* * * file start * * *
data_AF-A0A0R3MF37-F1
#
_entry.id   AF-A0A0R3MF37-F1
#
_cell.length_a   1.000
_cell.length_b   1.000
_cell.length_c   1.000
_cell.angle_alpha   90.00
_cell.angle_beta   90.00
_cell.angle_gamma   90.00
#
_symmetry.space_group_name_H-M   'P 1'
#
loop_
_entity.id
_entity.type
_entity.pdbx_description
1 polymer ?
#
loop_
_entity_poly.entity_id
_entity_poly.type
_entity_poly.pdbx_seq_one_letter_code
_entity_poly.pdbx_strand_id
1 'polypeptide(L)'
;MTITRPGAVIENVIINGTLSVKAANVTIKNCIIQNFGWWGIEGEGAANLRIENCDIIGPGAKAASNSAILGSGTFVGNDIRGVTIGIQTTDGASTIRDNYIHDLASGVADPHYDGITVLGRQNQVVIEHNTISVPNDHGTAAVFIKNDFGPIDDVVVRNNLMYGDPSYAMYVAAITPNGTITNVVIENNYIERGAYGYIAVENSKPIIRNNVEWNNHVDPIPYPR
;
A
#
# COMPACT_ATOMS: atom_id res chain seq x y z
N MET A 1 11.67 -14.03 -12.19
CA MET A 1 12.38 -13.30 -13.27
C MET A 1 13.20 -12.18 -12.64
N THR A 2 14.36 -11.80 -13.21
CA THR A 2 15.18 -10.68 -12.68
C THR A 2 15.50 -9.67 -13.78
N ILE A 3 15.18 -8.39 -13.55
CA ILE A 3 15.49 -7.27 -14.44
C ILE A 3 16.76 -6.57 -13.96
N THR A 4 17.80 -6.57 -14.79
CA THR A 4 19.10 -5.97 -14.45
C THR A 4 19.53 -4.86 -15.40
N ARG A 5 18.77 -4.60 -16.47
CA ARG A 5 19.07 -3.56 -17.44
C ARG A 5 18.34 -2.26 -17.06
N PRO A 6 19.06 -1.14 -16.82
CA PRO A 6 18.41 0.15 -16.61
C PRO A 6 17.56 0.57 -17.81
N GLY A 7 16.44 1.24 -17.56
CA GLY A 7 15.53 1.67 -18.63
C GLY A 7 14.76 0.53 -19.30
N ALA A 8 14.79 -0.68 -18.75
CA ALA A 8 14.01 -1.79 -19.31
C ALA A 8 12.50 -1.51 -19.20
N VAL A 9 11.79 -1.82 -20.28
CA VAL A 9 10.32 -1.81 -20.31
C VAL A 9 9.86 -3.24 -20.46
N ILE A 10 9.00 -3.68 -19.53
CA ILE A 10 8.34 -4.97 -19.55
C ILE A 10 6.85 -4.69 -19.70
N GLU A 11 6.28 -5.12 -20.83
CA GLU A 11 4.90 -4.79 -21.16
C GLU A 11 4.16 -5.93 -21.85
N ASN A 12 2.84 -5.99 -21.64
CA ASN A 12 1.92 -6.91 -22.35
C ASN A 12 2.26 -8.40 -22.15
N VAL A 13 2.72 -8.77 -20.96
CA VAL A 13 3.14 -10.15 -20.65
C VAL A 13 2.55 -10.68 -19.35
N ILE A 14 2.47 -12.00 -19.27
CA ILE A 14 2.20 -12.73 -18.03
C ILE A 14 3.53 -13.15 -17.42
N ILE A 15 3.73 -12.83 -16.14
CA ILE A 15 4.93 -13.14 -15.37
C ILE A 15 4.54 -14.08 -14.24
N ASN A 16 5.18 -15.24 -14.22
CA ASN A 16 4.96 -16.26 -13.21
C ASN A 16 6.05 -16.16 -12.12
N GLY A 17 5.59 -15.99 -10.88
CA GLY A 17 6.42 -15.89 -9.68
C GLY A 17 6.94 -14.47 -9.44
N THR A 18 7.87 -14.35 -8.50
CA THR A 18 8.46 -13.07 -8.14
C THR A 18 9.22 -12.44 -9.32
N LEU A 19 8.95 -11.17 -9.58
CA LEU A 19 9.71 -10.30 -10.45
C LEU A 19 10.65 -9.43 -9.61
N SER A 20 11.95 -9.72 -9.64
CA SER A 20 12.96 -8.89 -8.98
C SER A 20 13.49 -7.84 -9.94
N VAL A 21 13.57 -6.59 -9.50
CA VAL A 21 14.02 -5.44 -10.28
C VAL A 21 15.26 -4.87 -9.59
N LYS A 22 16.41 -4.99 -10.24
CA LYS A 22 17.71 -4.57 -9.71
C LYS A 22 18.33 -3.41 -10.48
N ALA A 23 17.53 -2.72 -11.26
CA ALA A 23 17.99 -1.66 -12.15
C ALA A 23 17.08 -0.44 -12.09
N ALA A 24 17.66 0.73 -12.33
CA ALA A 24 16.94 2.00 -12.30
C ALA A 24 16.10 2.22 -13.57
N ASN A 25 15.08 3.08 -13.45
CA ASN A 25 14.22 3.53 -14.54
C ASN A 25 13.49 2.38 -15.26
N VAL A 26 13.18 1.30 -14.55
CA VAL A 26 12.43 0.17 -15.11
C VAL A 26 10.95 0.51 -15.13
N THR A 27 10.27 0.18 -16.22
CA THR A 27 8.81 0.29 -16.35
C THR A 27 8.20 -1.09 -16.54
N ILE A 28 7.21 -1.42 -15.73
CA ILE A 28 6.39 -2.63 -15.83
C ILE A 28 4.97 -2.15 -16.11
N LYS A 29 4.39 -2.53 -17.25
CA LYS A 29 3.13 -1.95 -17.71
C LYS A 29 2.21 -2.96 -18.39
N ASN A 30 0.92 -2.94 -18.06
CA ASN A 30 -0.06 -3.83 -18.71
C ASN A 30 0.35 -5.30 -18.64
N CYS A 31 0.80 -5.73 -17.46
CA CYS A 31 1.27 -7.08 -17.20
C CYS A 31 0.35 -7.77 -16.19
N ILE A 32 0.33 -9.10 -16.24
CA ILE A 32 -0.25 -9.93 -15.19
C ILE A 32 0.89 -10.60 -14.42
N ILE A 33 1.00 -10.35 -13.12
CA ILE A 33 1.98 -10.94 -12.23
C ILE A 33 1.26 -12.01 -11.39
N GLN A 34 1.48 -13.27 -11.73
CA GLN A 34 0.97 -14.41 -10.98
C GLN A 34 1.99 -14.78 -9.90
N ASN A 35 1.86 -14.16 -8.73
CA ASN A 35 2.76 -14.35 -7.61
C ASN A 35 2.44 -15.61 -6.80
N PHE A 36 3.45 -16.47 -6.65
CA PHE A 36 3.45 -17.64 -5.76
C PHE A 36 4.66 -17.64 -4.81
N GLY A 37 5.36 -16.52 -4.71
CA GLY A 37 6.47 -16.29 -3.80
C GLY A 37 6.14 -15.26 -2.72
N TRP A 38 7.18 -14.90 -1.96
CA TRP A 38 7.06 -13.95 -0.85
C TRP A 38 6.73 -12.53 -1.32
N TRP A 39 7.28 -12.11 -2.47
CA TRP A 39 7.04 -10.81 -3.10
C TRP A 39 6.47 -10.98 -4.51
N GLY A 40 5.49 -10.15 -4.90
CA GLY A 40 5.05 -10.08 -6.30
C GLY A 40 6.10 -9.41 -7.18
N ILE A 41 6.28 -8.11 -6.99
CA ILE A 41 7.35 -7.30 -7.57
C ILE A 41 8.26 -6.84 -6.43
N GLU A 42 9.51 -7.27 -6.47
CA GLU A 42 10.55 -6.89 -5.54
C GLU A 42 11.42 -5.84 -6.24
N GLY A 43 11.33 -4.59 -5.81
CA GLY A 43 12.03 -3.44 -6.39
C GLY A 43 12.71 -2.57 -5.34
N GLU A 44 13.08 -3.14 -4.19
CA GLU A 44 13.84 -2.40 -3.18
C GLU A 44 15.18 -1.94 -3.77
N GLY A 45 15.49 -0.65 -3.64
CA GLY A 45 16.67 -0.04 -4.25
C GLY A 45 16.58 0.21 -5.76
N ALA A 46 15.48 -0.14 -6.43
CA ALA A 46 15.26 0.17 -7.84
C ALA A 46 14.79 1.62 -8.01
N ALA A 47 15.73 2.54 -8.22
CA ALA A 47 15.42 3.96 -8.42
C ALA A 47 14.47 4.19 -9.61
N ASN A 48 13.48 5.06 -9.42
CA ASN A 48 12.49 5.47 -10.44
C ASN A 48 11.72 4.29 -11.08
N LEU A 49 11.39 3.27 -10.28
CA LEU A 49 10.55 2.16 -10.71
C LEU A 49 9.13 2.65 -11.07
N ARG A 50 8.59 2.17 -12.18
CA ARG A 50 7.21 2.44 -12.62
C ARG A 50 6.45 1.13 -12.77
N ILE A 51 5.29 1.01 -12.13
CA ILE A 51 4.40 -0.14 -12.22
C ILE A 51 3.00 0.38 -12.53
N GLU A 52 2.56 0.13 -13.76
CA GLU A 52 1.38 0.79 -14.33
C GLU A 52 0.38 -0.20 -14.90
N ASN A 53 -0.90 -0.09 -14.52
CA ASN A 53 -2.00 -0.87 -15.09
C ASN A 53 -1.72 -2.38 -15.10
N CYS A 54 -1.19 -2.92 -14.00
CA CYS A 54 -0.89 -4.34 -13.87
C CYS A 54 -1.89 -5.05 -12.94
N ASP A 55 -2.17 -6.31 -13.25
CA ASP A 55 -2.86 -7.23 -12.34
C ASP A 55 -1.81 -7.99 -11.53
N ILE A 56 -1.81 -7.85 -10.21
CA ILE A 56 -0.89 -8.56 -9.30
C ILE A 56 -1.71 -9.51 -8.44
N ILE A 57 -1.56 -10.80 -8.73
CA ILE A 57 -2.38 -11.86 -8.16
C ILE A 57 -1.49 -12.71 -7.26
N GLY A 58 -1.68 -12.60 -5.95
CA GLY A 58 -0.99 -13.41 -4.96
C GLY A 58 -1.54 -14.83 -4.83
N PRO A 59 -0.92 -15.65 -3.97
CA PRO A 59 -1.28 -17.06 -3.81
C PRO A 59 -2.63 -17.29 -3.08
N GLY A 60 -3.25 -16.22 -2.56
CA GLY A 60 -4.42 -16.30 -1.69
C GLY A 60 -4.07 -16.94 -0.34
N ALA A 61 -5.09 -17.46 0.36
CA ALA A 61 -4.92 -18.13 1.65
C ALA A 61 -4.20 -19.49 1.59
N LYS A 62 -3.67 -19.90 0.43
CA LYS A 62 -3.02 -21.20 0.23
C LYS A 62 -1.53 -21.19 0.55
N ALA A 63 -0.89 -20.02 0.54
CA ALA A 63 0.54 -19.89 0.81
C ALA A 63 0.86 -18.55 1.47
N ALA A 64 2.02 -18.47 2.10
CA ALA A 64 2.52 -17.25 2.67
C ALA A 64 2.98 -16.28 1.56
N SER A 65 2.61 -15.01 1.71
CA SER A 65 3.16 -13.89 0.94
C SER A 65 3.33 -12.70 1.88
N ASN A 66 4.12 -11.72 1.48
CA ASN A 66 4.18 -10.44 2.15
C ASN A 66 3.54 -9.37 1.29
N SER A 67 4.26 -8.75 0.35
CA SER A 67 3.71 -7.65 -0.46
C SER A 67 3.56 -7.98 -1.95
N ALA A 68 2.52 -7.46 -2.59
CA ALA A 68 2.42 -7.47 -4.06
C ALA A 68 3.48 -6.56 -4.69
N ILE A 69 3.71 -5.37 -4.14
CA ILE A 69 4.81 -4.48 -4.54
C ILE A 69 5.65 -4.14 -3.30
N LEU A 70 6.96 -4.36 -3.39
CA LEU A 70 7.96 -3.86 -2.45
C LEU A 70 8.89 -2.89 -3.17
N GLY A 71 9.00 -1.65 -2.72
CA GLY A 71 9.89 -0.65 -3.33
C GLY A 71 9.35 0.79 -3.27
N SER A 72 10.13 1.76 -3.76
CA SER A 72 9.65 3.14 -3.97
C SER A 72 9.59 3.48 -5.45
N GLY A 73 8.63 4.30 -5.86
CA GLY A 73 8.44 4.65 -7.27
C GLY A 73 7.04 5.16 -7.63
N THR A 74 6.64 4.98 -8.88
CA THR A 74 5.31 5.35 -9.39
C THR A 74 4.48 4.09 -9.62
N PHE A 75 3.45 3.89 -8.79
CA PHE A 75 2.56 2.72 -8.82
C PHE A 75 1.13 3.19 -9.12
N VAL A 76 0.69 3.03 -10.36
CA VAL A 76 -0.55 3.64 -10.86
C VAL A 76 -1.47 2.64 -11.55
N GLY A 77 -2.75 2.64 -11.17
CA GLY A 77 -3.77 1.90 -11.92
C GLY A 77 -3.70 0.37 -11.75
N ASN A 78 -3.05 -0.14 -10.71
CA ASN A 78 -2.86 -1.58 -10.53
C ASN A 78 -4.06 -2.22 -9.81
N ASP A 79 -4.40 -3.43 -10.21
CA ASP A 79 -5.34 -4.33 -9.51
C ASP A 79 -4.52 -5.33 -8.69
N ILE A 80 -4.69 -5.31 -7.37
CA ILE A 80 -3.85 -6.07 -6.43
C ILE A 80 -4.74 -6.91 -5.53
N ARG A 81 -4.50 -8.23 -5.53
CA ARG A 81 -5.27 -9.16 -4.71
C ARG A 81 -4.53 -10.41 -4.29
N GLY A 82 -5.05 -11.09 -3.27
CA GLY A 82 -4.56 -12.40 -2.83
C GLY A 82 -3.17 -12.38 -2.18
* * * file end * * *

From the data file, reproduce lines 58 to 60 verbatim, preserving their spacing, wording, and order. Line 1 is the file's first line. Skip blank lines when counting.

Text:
N ILE A 10 9.00 -3.68 -19.53
CA ILE A 10 8.34 -4.97 -19.55
C ILE A 10 6.85 -4.69 -19.70